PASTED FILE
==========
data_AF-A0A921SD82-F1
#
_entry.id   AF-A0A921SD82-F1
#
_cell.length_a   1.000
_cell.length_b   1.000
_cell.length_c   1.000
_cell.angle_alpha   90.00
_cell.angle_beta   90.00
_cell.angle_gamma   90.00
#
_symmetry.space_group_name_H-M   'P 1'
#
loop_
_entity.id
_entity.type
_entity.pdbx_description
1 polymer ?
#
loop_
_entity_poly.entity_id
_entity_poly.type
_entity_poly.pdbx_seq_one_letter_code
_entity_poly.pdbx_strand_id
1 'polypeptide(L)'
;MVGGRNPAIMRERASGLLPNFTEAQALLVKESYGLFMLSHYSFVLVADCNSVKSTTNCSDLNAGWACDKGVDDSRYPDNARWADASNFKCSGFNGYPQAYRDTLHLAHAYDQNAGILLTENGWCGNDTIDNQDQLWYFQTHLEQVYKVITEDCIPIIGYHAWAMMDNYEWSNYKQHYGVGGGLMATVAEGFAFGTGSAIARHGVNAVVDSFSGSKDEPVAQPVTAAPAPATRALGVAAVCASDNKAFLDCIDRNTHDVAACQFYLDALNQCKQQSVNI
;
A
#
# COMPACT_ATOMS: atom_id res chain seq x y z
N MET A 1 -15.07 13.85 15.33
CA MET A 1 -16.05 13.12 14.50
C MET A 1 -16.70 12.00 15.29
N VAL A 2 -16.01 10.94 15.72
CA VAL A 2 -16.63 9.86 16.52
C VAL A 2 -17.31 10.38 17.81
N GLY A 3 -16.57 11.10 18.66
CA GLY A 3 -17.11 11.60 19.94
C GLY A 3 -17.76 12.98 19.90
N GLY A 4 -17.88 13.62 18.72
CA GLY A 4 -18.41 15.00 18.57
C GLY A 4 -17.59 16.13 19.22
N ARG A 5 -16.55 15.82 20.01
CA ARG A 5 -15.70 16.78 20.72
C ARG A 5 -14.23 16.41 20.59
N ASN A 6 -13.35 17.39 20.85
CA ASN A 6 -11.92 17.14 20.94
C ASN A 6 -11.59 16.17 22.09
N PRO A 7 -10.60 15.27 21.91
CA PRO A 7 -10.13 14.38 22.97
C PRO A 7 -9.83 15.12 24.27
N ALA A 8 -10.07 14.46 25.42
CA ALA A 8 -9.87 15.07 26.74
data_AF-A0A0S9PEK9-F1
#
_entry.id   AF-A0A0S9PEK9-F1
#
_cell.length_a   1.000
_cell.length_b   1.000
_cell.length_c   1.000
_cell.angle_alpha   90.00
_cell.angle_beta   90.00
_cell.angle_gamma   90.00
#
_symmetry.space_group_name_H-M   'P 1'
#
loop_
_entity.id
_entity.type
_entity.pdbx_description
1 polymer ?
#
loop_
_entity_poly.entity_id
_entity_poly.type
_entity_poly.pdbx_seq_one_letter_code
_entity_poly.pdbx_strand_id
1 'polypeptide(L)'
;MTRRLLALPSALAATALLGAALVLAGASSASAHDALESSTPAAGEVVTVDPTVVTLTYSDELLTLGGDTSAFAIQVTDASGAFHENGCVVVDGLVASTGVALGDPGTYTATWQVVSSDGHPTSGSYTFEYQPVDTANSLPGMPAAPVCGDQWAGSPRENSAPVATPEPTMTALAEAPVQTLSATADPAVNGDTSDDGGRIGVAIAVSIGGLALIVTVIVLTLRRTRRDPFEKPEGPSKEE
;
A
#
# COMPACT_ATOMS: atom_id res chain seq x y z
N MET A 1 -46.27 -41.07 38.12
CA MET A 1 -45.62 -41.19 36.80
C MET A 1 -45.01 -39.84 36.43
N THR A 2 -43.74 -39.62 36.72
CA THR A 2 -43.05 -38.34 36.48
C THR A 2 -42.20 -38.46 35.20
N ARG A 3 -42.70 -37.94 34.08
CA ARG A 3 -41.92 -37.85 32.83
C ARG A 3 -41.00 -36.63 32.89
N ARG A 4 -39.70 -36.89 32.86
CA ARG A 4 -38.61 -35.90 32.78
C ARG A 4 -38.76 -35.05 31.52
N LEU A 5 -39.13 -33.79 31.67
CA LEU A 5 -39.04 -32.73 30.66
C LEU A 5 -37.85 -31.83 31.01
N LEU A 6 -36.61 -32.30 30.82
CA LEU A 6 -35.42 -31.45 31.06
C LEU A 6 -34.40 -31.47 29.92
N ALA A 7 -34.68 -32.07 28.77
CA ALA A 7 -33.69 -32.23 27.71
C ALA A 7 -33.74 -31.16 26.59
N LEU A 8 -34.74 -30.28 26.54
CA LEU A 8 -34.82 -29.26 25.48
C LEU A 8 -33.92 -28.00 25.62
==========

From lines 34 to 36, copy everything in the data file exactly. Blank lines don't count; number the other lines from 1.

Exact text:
N VAL A 2 -16.01 10.94 15.72
CA VAL A 2 -16.63 9.86 16.52
C VAL A 2 -17.31 10.38 17.81